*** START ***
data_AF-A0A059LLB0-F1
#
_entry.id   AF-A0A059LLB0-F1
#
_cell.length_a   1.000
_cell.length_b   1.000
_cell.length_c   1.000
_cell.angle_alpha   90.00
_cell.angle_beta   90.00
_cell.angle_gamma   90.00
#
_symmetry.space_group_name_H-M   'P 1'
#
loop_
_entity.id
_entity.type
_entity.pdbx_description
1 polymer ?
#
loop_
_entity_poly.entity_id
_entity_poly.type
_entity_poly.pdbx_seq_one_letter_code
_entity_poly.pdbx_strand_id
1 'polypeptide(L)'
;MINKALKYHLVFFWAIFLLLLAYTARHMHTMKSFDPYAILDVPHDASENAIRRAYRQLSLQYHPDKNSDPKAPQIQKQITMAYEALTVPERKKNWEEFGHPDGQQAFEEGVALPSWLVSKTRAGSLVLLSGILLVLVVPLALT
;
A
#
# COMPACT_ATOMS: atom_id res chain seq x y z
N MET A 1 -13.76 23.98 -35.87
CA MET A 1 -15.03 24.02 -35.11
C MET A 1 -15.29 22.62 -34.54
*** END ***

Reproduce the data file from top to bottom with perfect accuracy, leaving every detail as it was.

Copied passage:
data_AF-A0A059LLB0-F1
#
_entry.id   AF-A0A059LLB0-F1
#
_cell.length_a   1.000
_cell.length_b   1.000
_cell.length_c   1.000
_cell.angle_alpha   90.00
_cell.angle_beta   90.00
_cell.angle_gamma   90.00
#
_symmetry.space_group_name_H-M   'P 1'
#
loop_
_entity.id
_entity.type
_entity.pdbx_description
1 polymer ?
#
loop_
_entity_poly.entity_id
_entity_poly.type
_entity_poly.pdbx_seq_one_letter_code
_entity_poly.pdbx_strand_id
1 'polypeptide(L)'
;MINKALKYHLVFFWAIFLLLLAYTARHMHTMKSFDPYAILDVPHDASENAIRRAYRQLSLQYHPDKNSDPKAPQIQKQITMAYEALTVPERKKNWEEFGHPDGQQAFEEGVALPSWLVSKTRAGSLVLLSGILLVLVVPLALT
;
A
#
# COMPACT_ATOMS: atom_id res chain seq x y z
N MET A 1 -13.76 23.98 -35.87
CA MET A 1 -15.03 24.02 -35.11
C MET A 1 -15.29 22.62 -34.54